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James Joyce’s Poems Get a Musical Facelift
In 1907, shortly after publishing a book of love poetry titled Chamber Music, Irish writer James Joyce penned a letter to his brother Stanislaus: “Some of the verses are pretty enough to be put to music. I hope someone will do so, someone that knows old English music such as I like.” A century later, a group of independent electronic, folk and rock musicians have done just that.
All 36 verses from Joyce’s book of poetry have been put to music by artists such as Peter Buck from R.E.M. and Lee Ranaldo from Sonic Youth. Click the following link to listen to some of Joyce’s stanzas put to music:
You can hear the full story from NPR below…
The poet Emily Dickinson suffered from severe anxiety. In her series of poems, “Part 1, Life, XCVIII,” she writes: “While I was fearing it came, But came with less of the fear, Because that fearing it so long, Had almost made it dear.”
The lyrics from her poem are used as the basis for a rock song about anxiety. It’s called “Fearing,” by the band, The Amygdaloids
Deborah Ager, born in 1971, co-founded the poetry magazine known as 32 Poems in 2003. Her manuscript, Midnight Voices, was published by Cherry Grove Collections. She’s one of my preferred young American poets.
Summer Nights, by Deborah Ager
The factory siren tells workers time to go home
tells them the evening has begun.
When living with the tall man
whom I didn’t love, I would wander
the streets, dreaming of Italy.
Trekking the handful of avenues
with him, he would say look there
between pink cobblestones,
there’s manure like mortar.
The sweet smell of it Wednesday nights,
the night before auction,
when the misery of cows greets me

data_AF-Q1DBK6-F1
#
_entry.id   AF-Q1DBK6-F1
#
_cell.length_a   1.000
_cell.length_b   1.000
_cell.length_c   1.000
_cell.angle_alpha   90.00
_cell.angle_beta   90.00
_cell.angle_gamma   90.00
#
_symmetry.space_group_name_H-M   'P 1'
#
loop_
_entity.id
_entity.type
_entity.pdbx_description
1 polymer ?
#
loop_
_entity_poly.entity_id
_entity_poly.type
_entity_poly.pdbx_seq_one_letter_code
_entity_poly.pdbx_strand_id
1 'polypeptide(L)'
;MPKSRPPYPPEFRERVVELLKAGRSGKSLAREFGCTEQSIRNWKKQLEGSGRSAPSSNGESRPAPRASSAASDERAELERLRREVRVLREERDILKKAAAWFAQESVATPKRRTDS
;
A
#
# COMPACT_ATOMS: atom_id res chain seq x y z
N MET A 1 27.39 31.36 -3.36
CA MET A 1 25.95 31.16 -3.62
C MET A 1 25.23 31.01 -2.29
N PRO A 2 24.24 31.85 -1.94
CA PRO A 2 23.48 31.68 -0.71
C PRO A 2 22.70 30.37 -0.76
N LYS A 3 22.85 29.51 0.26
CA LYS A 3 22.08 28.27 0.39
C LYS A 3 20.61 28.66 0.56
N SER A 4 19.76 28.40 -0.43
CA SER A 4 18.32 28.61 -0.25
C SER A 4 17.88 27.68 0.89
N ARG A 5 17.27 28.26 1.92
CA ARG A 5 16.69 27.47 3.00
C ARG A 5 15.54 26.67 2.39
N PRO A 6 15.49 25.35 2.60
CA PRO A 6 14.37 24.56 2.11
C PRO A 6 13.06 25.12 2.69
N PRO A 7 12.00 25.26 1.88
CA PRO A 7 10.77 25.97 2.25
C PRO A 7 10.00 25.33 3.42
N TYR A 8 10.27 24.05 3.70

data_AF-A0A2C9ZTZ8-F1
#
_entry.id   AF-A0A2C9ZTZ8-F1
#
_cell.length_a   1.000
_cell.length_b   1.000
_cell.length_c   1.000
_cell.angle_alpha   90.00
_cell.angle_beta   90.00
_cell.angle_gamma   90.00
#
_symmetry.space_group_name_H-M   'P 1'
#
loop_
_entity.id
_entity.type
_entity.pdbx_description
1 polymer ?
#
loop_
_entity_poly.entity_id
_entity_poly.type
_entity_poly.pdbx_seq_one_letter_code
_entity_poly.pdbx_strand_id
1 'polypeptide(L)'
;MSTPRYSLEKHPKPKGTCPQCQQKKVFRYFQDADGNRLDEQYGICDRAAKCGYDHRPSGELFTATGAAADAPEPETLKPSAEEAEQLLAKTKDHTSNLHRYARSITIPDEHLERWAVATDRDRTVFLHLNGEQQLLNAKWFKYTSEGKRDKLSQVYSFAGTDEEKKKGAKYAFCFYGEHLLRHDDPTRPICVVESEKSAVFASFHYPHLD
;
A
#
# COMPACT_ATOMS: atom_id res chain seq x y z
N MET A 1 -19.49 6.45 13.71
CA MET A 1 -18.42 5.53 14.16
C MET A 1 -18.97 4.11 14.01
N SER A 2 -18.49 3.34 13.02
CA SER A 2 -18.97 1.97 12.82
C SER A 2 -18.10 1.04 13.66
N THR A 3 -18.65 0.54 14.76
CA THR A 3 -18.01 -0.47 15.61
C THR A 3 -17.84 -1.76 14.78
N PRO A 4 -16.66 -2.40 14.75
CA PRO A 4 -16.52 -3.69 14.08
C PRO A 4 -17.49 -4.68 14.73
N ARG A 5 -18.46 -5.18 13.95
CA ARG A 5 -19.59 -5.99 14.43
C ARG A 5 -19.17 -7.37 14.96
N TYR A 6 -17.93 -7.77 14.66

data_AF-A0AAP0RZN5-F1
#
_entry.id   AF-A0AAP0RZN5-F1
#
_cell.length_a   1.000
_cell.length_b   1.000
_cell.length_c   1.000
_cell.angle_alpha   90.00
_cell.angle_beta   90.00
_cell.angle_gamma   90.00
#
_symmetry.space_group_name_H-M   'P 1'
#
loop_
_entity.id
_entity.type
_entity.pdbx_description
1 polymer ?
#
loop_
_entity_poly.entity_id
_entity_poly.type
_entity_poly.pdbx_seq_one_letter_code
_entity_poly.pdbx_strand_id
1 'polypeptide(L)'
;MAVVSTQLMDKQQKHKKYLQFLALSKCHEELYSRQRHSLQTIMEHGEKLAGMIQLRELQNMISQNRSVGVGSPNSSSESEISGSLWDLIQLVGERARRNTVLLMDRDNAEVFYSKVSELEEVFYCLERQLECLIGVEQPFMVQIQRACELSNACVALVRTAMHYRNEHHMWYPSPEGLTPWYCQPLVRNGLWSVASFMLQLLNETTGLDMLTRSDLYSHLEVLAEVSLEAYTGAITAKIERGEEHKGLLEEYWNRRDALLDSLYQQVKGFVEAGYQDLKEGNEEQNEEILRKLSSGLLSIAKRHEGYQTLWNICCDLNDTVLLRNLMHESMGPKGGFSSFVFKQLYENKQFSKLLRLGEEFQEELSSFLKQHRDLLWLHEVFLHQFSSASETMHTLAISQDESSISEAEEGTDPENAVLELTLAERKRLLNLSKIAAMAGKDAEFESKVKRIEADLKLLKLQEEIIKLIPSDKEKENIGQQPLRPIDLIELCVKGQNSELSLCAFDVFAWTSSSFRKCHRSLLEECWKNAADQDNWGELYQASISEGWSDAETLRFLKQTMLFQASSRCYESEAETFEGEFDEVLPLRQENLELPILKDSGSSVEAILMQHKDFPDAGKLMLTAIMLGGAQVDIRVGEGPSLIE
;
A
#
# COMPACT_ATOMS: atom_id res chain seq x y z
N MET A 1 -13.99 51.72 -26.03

heading home through town.
Lake quiets, tired of my lies.
When will I tell truths again?
The siren. My love is home.
Nights, we stay in and X the days.
Denise Duhamel is a poet whose work I enjoy greatly. This poem starts as lines streaming together to form a story. You do not know anything except what the author is telling you. “She tries to pee in the trash can but misses”, “she puts her socks over her shoes”, “she wears all her necklaces at once”, “she hides her rings in the toaster slots”. This poem is written in Mobius Strip because it does not matter which order these lines are said in, you still get the same message and you still get the full story.
Modern [and very controversial] for his time, Walt Whitman lived in Washington, DC from 1863 to 1873. He arrived to search for his brother George, reportedly wounded in the fighting around Fredericksburg, VA. His original intention to stay two weeks stretched into ten years. While in Washington, DC Whitman created some of his most memorable works. During this period he wrote Drum-Taps, Democratic Vistas, and Passage to India. Here, John Graham presents “Democratic Vistas” by Walt Whitman.